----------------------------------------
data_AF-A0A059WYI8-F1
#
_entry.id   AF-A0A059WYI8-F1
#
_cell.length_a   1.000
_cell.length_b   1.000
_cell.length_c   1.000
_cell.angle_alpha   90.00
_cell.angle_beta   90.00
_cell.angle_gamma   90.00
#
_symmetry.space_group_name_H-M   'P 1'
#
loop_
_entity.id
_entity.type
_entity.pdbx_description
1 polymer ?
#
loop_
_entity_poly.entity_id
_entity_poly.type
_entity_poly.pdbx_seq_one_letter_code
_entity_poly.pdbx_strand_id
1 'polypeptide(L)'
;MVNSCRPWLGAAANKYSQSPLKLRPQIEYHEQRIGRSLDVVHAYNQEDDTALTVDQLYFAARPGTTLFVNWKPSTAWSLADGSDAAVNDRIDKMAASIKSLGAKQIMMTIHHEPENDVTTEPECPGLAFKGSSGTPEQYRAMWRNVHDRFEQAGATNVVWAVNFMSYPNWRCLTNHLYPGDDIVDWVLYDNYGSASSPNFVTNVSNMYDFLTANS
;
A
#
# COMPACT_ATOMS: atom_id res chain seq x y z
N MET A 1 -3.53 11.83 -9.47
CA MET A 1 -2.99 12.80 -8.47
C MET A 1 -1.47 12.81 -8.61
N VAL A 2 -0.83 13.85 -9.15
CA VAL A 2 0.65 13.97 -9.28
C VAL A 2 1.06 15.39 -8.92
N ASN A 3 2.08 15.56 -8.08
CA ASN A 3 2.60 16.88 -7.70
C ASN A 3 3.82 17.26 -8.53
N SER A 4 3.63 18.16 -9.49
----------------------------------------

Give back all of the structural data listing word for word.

data_AF-A0A059WYI8-F1
#
_entry.id   AF-A0A059WYI8-F1
#
_cell.length_a   1.000
_cell.length_b   1.000
_cell.length_c   1.000
_cell.angle_alpha   90.00
_cell.angle_beta   90.00
_cell.angle_gamma   90.00
#
_symmetry.space_group_name_H-M   'P 1'
#
loop_
_entity.id
_entity.type
_entity.pdbx_description
1 polymer ?
#
loop_
_entity_poly.entity_id
_entity_poly.type
_entity_poly.pdbx_seq_one_letter_code
_entity_poly.pdbx_strand_id
1 'polypeptide(L)'
;MVNSCRPWLGAAANKYSQSPLKLRPQIEYHEQRIGRSLDVVHAYNQEDDTALTVDQLYFAARPGTTLFVNWKPSTAWSLADGSDAAVNDRIDKMAASIKSLGAKQIMMTIHHEPENDVTTEPECPGLAFKGSSGTPEQYRAMWRNVHDRFEQAGATNVVWAVNFMSYPNWRCLTNHLYPGDDIVDWVLYDNYGSASSPNFVTNVSNMYDFLTANS
;
A
#
# COMPACT_ATOMS: atom_id res chain seq x y z
N MET A 1 -3.53 11.83 -9.47
CA MET A 1 -2.99 12.80 -8.47
C MET A 1 -1.47 12.81 -8.61
N VAL A 2 -0.83 13.85 -9.15
CA VAL A 2 0.65 13.97 -9.28
C VAL A 2 1.06 15.39 -8.92
N ASN A 3 2.08 15.56 -8.08
CA ASN A 3 2.60 16.88 -7.70
C ASN A 3 3.82 17.26 -8.53
N SER A 4 3.63 18.16 -9.49